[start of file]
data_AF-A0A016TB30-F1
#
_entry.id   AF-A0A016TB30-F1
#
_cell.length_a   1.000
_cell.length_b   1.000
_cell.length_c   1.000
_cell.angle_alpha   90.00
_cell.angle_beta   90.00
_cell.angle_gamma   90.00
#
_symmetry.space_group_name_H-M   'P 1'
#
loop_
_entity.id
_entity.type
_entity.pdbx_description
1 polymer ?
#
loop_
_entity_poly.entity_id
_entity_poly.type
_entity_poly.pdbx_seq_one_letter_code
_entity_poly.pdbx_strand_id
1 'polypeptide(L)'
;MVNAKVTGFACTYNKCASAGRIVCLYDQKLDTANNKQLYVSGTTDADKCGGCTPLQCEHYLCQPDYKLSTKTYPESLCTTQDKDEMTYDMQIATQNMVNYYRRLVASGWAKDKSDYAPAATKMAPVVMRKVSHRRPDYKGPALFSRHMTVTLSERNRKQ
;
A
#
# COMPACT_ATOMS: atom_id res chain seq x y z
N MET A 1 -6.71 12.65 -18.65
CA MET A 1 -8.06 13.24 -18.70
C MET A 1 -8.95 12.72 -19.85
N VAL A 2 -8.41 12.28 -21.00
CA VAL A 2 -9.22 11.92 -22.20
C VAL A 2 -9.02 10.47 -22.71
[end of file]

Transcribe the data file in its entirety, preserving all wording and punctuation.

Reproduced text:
data_AF-A0A016TB30-F1
#
_entry.id   AF-A0A016TB30-F1
#
_cell.length_a   1.000
_cell.length_b   1.000
_cell.length_c   1.000
_cell.angle_alpha   90.00
_cell.angle_beta   90.00
_cell.angle_gamma   90.00
#
_symmetry.space_group_name_H-M   'P 1'
#
loop_
_entity.id
_entity.type
_entity.pdbx_description
1 polymer ?
#
loop_
_entity_poly.entity_id
_entity_poly.type
_entity_poly.pdbx_seq_one_letter_code
_entity_poly.pdbx_strand_id
1 'polypeptide(L)'
;MVNAKVTGFACTYNKCASAGRIVCLYDQKLDTANNKQLYVSGTTDADKCGGCTPLQCEHYLCQPDYKLSTKTYPESLCTTQDKDEMTYDMQIATQNMVNYYRRLVASGWAKDKSDYAPAATKMAPVVMRKVSHRRPDYKGPALFSRHMTVTLSERNRKQ
;
A
#
# COMPACT_ATOMS: atom_id res chain seq x y z
N MET A 1 -6.71 12.65 -18.65
CA MET A 1 -8.06 13.24 -18.70
C MET A 1 -8.95 12.72 -19.85
N VAL A 2 -8.41 12.28 -21.00
CA VAL A 2 -9.22 11.92 -22.20
C VAL A 2 -9.02 10.47 -22.71